Geierstein (1491m) – Sod the Summmit
(the 611 from Lenggries)
As part of my rehabilitation, I am finding that going hiking is pressing all the right buttons for me at the moment. It’s a great cardio-vascular activity, it’s building my muscle strength in all areas and it’s not too demanding on the upper body muscles, ligaments and bones – an area where I still need to be a little bit careful. Not to mention what it does for my heart and soul. Mentally, I am also getting a lot of satisfaction preparing and setting myself what I hope are realistic and achievable goals. Meeting them and/or going beyond them is exhilarating. Before cancer, at my hiking fittest, I could walk up 1,100m in 3 hours (The Wankberg with Andrea, October 2016 – ironic to think now that I did that with a bloody great tumour strapped to my chest!). After the brilliant but brutal treatment that my body has endured this year, returning to full bodily strength in all its marvelous complexity is currently the chief focus of my life. Going beyond my previous fitness is my dream. But one step at a time…..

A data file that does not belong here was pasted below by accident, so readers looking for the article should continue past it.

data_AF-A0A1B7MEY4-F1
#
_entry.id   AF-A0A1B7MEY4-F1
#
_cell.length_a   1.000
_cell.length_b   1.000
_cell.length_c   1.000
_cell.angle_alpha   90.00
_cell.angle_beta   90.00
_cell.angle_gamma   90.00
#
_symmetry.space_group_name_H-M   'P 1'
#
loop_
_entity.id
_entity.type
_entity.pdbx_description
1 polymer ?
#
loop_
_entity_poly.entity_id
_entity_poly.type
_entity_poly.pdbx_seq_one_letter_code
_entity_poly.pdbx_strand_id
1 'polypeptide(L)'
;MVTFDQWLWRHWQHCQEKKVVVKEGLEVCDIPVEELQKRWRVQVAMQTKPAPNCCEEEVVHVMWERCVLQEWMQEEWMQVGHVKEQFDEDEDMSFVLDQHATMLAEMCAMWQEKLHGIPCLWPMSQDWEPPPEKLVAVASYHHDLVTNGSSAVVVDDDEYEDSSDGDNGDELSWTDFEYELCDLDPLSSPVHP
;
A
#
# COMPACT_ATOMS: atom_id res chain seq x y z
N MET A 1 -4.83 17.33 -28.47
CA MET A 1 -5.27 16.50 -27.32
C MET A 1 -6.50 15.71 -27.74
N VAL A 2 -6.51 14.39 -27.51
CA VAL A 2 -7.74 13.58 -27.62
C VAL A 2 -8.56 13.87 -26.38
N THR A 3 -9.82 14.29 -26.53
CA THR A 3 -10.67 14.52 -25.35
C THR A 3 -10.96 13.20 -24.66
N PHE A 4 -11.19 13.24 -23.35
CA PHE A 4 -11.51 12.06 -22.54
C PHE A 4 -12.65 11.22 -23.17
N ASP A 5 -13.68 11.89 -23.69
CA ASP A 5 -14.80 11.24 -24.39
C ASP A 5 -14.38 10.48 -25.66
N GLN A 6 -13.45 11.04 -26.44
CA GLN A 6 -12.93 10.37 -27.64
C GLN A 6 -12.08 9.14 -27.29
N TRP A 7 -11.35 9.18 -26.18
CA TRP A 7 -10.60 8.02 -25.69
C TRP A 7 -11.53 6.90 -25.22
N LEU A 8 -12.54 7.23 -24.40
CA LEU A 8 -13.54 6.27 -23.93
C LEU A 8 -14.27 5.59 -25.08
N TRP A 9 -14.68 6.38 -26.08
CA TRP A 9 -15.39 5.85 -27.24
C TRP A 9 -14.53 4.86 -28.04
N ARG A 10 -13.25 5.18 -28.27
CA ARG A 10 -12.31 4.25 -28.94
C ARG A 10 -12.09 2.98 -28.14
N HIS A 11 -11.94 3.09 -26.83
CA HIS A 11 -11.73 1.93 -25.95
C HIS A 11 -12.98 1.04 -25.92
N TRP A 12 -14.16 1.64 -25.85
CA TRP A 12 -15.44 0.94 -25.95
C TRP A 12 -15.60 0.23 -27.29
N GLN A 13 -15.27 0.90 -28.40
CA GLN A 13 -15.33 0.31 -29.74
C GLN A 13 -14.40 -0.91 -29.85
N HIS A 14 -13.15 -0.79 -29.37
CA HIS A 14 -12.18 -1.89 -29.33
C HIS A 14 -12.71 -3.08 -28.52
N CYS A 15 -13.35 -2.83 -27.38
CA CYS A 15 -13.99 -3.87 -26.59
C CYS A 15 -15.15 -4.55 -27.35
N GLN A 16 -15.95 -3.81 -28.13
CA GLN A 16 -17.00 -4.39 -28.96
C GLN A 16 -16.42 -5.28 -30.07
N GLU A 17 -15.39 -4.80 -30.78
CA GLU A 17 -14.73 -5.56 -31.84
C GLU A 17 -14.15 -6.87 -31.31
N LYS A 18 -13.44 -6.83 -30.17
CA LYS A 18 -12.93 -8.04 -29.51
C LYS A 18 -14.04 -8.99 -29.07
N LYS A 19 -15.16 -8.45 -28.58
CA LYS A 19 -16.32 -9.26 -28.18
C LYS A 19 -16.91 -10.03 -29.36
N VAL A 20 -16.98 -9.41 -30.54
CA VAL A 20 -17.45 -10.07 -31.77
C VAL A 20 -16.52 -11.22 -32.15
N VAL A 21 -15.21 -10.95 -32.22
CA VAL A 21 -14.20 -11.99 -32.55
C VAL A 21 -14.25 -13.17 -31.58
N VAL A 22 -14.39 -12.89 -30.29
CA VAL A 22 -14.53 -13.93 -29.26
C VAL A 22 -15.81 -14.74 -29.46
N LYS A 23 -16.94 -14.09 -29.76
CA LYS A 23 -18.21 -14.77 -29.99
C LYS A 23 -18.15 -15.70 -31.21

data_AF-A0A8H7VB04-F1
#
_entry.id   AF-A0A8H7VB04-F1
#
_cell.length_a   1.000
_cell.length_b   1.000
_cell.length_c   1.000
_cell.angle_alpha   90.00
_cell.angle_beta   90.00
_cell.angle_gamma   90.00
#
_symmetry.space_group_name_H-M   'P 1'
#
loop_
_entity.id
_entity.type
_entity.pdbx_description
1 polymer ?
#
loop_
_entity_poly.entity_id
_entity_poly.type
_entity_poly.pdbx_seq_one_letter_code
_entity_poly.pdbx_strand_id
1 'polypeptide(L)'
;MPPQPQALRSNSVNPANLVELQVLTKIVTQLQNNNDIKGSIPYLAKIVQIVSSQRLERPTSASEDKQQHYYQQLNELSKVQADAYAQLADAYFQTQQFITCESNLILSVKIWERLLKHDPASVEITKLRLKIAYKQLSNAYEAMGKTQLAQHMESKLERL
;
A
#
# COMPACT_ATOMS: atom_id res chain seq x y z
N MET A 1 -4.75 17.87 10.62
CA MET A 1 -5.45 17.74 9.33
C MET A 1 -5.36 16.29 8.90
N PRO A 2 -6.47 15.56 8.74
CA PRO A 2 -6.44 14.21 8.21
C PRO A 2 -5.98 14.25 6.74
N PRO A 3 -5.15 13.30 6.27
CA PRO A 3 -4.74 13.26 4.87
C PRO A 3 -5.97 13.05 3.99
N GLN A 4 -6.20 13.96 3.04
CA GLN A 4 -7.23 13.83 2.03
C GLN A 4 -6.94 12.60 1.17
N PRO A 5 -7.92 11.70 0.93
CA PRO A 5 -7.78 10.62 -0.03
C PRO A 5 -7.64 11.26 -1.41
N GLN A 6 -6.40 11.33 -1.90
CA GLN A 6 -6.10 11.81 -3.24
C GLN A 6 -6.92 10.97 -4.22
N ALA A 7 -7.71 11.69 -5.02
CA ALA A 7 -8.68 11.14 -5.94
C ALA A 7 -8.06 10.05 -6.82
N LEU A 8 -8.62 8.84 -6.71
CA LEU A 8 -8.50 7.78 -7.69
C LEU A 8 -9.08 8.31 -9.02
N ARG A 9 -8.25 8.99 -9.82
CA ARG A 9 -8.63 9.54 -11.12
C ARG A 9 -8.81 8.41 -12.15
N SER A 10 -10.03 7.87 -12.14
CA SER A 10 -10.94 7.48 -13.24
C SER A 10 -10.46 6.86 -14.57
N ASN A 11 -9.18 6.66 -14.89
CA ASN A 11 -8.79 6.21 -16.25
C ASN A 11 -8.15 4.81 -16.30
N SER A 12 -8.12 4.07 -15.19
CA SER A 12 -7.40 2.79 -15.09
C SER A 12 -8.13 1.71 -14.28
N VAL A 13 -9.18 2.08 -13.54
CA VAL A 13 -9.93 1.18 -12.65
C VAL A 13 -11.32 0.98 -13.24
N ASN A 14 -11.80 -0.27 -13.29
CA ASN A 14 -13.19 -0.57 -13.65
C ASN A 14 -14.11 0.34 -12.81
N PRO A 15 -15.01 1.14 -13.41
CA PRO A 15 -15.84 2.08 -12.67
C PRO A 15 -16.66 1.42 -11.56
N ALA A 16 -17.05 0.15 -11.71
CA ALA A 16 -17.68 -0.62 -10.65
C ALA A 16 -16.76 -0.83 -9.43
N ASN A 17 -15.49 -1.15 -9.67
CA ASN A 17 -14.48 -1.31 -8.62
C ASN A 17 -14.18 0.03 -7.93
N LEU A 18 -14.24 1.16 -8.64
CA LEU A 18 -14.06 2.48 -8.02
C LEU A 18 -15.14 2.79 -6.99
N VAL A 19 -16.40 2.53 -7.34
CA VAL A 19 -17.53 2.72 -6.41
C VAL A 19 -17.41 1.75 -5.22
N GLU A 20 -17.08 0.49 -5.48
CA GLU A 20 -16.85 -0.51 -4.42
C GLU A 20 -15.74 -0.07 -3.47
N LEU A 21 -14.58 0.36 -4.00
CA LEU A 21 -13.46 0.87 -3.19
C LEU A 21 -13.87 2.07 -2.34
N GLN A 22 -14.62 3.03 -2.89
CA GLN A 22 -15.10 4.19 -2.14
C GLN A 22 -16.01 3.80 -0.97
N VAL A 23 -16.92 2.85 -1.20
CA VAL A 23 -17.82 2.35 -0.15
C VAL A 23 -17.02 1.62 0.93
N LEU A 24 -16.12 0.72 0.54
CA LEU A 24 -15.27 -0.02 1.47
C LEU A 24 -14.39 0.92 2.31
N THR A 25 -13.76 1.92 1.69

This week I had chosen to hike up Geierstein, a relatively small mountain on the other side of the Fockenstein, where I went last week. Both mountains are in the Bavarian pre Alps between Tegernsee on one side and Lenggries on the other. Last week, on a sunny day, I found the route relatively undemanding and so on Friday, I was looking forward to completing a similar distance but with a bit more of a challenge on the 611 route from Lenggries.
I set my alarm, as usual on a hiking day, for 5.15 in order to get the 6.10 S Bahn to the Hauptbahnhof and the 7.03 BOB train to Lenggries. Things started to go wrong at 5.15!! I did wake up but these days, I am so happy just to feel happy when I awake that I frequently just wriggle around in bed smiling to myself , enjoying being alive. It is still something of a novelty to be able to flip over easily from one side to the other without pains in my chest or cramps in my arms and to sleep deeply for a whole night with only one trip to the loo. Being able to stretch my arms back behind my head onto the pillows is my ultimate luxury so today, rather decadently, I dozed for longer than planned……